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NGS testing for CYP gene and variation in drug responses

Among the most researched pharmacogenes is the CYP gene superfamily (Fukunaga et al., 2021), which influences drug-metabolising enzymes (DMEs) for phase I (enzymes responsible for reactions involving oxidation, reduction, and hydrolysis) and is thought to cause up to 60% of drug-induced toxicity (Maggo et al., 2016)

Four major phenotypes emerge concerning drug metabolism when considering polymorphisms in the CYP gene family; poor metaboliser, intermediate metaboliser, extensive metaboliser or ultra-rapid metaboliser.

Phase II enzymes (enzymes catalysing the conjugation reactions) polymorphisms contribute to further variation in drug responses. These include:

  • N-acetyl transferase type 2 (NAT2) - associated with isoniazid toxicity;

  • Thiopurine methyltransferases (TPMT) - associated with thiopurine toxicity;

  • Dihydropyrimidine dehydrogenase (DPD) - associated with 5-fluorouracil toxicity;

  • Uridine diphosphate-glucuronosyl transferases (UGT) - are associated with irinotecan toxicity.

Additional diversity in drug reactions can be influenced by drug transporter polymorphisms, which affect the distribution of the chemical components (Lauschke & Ingelman-Sundberg, 2019).

egSEQ library preparation and targeted sequencing solutions, including specific panels with maximised coverage on oncology-related targets and full bioinformatics solutions with reporting offer a customisable solution for cancer screening and genomic profiling to provide researchers working on effective cancer diagnosis, treatment, and prevention with invaluable genomic data that will lead to revolutionary new strategies in dealing with cancer.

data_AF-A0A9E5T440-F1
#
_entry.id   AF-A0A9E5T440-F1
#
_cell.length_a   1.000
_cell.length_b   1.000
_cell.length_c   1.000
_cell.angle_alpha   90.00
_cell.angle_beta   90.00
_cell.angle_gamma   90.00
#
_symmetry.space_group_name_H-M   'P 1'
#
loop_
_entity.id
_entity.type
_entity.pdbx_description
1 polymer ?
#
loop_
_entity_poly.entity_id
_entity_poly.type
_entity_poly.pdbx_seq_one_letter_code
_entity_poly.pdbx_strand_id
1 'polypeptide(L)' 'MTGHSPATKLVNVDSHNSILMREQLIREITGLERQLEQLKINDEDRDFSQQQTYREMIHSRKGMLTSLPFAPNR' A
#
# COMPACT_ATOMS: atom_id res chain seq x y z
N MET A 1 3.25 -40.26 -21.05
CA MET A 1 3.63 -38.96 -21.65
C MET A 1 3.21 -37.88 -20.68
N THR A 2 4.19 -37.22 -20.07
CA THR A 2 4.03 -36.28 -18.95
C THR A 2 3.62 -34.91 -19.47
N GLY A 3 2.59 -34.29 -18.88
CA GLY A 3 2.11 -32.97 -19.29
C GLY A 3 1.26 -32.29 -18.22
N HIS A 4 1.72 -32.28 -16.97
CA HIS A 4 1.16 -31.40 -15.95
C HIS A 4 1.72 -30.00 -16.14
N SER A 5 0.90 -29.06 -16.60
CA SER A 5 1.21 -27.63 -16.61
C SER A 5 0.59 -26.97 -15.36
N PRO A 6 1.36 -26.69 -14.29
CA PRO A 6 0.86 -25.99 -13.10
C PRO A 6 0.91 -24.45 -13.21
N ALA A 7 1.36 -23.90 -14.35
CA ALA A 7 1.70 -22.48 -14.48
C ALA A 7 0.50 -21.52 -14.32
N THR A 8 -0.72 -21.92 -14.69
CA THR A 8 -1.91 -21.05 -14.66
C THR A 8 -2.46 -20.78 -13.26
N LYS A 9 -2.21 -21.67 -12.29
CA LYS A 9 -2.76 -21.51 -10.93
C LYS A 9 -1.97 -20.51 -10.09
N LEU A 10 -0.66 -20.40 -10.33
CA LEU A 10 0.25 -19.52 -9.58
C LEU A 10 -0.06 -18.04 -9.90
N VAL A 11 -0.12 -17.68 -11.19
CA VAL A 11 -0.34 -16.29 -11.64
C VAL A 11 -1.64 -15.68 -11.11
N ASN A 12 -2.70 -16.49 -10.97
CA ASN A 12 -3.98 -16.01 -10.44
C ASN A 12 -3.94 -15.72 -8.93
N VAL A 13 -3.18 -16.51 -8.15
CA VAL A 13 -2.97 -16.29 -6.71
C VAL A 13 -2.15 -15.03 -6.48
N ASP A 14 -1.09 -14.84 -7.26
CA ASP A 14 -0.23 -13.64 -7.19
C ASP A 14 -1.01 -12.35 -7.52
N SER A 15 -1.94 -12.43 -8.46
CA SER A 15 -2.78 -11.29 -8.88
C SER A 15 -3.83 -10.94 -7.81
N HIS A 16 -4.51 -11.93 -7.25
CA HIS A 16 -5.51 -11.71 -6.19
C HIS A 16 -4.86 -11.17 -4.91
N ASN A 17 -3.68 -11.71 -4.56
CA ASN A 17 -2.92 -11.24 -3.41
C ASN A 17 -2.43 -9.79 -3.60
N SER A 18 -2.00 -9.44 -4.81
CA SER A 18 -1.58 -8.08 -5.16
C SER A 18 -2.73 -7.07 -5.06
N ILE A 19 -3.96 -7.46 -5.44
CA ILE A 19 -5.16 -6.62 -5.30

Fukunaga, K., Momozawa, Y., & Mushiroda, T. (2021). Update on next-generation sequencing of pharmacokinetics-related genes: development of the PKseq panel, a platform for amplicon sequencing of drug-metabolizing enzyme and drug transporter genes. Drug Metabolism and Pharmacokinetics, 37, 100370.

Lauschke, V. M., & Ingelman-Sundberg, M. (2019). Prediction of drug response and adverse drug reactions: from twin studies to next generation sequencing. European Journal of Pharmaceutical Sciences, 130, 65-77.

Maggo, S. D., Savage, R. L., & Kennedy, M. A. (2016). Impact of new genomic technologies on understanding adverse drug reactions. Clinical Pharmacokinetics, 55(4), 419-436.


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